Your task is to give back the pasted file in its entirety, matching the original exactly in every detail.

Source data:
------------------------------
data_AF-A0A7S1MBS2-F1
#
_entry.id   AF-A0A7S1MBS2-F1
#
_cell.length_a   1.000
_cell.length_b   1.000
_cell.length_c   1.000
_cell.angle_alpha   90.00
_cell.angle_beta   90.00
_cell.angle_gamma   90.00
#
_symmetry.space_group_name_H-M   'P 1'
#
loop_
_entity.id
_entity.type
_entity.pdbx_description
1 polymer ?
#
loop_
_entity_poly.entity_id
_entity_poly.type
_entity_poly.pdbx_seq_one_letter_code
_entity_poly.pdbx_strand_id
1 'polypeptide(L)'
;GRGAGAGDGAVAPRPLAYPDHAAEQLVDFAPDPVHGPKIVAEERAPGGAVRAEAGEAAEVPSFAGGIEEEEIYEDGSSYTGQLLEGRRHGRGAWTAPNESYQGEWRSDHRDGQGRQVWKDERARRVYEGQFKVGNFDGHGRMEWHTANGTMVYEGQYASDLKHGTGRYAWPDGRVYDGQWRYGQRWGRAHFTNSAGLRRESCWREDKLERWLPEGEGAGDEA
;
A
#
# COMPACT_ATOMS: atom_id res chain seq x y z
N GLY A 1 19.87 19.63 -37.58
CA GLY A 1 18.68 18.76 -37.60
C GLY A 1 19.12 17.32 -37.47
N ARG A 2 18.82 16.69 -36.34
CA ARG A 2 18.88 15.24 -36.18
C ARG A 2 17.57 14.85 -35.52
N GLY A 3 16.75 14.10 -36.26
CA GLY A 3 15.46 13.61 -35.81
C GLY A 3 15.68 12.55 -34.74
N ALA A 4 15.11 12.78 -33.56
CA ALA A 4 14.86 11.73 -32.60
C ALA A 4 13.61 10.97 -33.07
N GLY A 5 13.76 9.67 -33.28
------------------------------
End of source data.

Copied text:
data_AF-A0A7S1MBS2-F1
#
_entry.id   AF-A0A7S1MBS2-F1
#
_cell.length_a   1.000
_cell.length_b   1.000
_cell.length_c   1.000
_cell.angle_alpha   90.00
_cell.angle_beta   90.00
_cell.angle_gamma   90.00
#
_symmetry.space_group_name_H-M   'P 1'
#
loop_
_entity.id
_entity.type
_entity.pdbx_description
1 polymer ?
#
loop_
_entity_poly.entity_id
_entity_poly.type
_entity_poly.pdbx_seq_one_letter_code
_entity_poly.pdbx_strand_id
1 'polypeptide(L)'
;GRGAGAGDGAVAPRPLAYPDHAAEQLVDFAPDPVHGPKIVAEERAPGGAVRAEAGEAAEVPSFAGGIEEEEIYEDGSSYTGQLLEGRRHGRGAWTAPNESYQGEWRSDHRDGQGRQVWKDERARRVYEGQFKVGNFDGHGRMEWHTANGTMVYEGQYASDLKHGTGRYAWPDGRVYDGQWRYGQRWGRAHFTNSAGLRRESCWREDKLERWLPEGEGAGDEA
;
A
#
# COMPACT_ATOMS: atom_id res chain seq x y z
N GLY A 1 19.87 19.63 -37.58
CA GLY A 1 18.68 18.76 -37.60
C GLY A 1 19.12 17.32 -37.47
N ARG A 2 18.82 16.69 -36.34
CA ARG A 2 18.88 15.24 -36.18
C ARG A 2 17.57 14.85 -35.52
N GLY A 3 16.75 14.10 -36.26
CA GLY A 3 15.46 13.61 -35.81
C GLY A 3 15.68 12.55 -34.74
N ALA A 4 15.11 12.78 -33.56
CA ALA A 4 14.86 11.73 -32.60
C ALA A 4 13.61 10.97 -33.07
N GLY A 5 13.76 9.67 -33.28